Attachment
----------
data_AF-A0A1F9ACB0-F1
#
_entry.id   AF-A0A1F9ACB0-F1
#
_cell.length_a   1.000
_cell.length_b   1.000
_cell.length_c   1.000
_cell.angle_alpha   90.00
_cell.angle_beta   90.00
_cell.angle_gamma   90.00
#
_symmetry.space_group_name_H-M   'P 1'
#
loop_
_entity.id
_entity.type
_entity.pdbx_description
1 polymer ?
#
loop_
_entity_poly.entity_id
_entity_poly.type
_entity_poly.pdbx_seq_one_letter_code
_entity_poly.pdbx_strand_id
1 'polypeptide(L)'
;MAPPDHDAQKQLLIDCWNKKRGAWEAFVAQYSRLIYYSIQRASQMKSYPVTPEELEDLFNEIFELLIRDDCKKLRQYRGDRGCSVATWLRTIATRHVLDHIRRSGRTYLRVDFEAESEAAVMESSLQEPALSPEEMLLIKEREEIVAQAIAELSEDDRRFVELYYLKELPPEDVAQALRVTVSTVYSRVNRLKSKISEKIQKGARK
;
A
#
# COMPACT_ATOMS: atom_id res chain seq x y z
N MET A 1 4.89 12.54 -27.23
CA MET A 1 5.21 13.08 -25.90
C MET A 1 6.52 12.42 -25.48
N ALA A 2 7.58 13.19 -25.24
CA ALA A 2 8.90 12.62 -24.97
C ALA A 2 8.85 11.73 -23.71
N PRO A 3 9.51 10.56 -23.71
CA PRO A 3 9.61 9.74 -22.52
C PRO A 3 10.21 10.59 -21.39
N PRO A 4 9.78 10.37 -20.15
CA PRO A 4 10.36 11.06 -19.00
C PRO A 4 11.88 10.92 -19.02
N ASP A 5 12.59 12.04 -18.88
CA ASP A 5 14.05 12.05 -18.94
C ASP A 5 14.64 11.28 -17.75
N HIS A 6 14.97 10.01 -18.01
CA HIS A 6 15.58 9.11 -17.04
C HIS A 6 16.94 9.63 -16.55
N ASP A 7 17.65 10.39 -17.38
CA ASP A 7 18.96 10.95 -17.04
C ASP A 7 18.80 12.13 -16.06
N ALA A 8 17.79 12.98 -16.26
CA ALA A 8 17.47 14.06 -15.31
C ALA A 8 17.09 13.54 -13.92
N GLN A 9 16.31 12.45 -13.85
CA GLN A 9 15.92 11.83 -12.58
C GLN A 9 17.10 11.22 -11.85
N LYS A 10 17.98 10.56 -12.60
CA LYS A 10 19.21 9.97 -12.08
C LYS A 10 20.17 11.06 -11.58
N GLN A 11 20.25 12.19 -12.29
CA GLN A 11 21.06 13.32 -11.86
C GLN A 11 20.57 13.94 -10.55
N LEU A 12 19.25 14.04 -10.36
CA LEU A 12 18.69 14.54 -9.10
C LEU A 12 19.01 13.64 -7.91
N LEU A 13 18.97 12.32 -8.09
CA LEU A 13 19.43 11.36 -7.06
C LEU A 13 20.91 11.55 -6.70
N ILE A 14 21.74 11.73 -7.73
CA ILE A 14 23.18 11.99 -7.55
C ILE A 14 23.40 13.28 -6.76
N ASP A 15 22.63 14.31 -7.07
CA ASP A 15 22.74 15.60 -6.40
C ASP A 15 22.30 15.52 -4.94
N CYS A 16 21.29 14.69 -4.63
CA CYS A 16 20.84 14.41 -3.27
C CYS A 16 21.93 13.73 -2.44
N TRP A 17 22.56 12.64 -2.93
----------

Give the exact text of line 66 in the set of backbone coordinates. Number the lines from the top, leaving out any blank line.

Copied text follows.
C LEU A 12 19.01 13.64 -7.91